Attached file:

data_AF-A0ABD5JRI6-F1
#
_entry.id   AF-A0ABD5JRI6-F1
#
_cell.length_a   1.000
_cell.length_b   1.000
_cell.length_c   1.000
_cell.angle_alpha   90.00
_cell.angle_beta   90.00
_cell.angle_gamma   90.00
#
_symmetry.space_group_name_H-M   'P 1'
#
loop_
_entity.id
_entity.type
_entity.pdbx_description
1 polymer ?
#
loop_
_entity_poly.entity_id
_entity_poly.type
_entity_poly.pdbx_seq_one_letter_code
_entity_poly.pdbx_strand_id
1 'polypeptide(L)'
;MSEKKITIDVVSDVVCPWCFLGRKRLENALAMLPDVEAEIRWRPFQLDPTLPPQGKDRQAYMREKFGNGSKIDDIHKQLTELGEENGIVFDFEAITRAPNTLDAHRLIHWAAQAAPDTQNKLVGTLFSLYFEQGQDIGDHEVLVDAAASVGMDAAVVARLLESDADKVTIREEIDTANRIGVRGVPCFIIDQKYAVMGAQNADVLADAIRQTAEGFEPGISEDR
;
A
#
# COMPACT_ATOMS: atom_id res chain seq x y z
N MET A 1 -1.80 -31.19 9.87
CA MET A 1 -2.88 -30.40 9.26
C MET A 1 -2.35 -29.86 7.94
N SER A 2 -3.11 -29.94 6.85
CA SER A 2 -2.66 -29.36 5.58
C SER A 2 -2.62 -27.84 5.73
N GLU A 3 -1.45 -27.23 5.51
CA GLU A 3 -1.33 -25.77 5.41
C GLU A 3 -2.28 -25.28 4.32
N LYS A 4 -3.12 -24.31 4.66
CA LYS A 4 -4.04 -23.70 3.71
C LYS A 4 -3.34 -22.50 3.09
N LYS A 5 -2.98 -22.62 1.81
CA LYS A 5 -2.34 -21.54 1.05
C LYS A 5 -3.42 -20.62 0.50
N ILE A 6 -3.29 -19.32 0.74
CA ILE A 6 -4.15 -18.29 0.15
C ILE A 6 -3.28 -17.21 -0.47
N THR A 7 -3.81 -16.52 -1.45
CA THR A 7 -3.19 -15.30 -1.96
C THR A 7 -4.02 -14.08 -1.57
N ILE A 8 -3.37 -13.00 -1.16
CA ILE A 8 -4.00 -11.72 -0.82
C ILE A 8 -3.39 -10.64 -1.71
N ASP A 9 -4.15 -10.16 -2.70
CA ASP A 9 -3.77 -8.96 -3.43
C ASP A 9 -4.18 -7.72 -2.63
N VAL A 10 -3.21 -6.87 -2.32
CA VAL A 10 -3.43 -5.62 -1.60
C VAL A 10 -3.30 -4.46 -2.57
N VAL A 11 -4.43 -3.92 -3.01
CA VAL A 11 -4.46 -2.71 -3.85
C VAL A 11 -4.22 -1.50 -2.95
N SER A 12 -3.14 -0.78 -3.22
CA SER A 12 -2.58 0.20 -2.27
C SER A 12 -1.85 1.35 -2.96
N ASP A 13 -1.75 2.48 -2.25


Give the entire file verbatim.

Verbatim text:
data_AF-A0ABD5JRI6-F1
#
_entry.id   AF-A0ABD5JRI6-F1
#
_cell.length_a   1.000
_cell.length_b   1.000
_cell.length_c   1.000
_cell.angle_alpha   90.00
_cell.angle_beta   90.00
_cell.angle_gamma   90.00
#
_symmetry.space_group_name_H-M   'P 1'
#
loop_
_entity.id
_entity.type
_entity.pdbx_description
1 polymer ?
#
loop_
_entity_poly.entity_id
_entity_poly.type
_entity_poly.pdbx_seq_one_letter_code
_entity_poly.pdbx_strand_id
1 'polypeptide(L)'
;MSEKKITIDVVSDVVCPWCFLGRKRLENALAMLPDVEAEIRWRPFQLDPTLPPQGKDRQAYMREKFGNGSKIDDIHKQLTELGEENGIVFDFEAITRAPNTLDAHRLIHWAAQAAPDTQNKLVGTLFSLYFEQGQDIGDHEVLVDAAASVGMDAAVVARLLESDADKVTIREEIDTANRIGVRGVPCFIIDQKYAVMGAQNADVLADAIRQTAEGFEPGISEDR
;
A
#
# COMPACT_ATOMS: atom_id res chain seq x y z
N MET A 1 -1.80 -31.19 9.87
CA MET A 1 -2.88 -30.40 9.26
C MET A 1 -2.35 -29.86 7.94
N SER A 2 -3.11 -29.94 6.85
CA SER A 2 -2.66 -29.36 5.58
C SER A 2 -2.62 -27.84 5.73
N GLU A 3 -1.45 -27.23 5.51
CA GLU A 3 -1.33 -25.77 5.41
C GLU A 3 -2.28 -25.28 4.32
N LYS A 4 -3.12 -24.31 4.66
CA LYS A 4 -4.04 -23.70 3.71
C LYS A 4 -3.34 -22.50 3.09
N LYS A 5 -2.98 -22.62 1.81
CA LYS A 5 -2.34 -21.54 1.05
C LYS A 5 -3.42 -20.62 0.50
N ILE A 6 -3.29 -19.32 0.74
CA ILE A 6 -4.15 -18.29 0.15
C ILE A 6 -3.28 -17.21 -0.47
N THR A 7 -3.81 -16.52 -1.45
CA THR A 7 -3.19 -15.30 -1.96
C THR A 7 -4.02 -14.08 -1.57
N ILE A 8 -3.37 -13.00 -1.16
CA ILE A 8 -4.00 -11.72 -0.82
C ILE A 8 -3.39 -10.64 -1.71
N ASP A 9 -4.15 -10.16 -2.70
CA ASP A 9 -3.77 -8.96 -3.43
C ASP A 9 -4.18 -7.72 -2.63
N VAL A 10 -3.21 -6.87 -2.32
CA VAL A 10 -3.43 -5.62 -1.60
C VAL A 10 -3.30 -4.46 -2.57
N VAL A 11 -4.43 -3.92 -3.01
CA VAL A 11 -4.46 -2.71 -3.85
C VAL A 11 -4.22 -1.50 -2.95
N SER A 12 -3.14 -0.78 -3.22
CA SER A 12 -2.58 0.20 -2.27
C SER A 12 -1.85 1.35 -2.96
N ASP A 13 -1.75 2.48 -2.25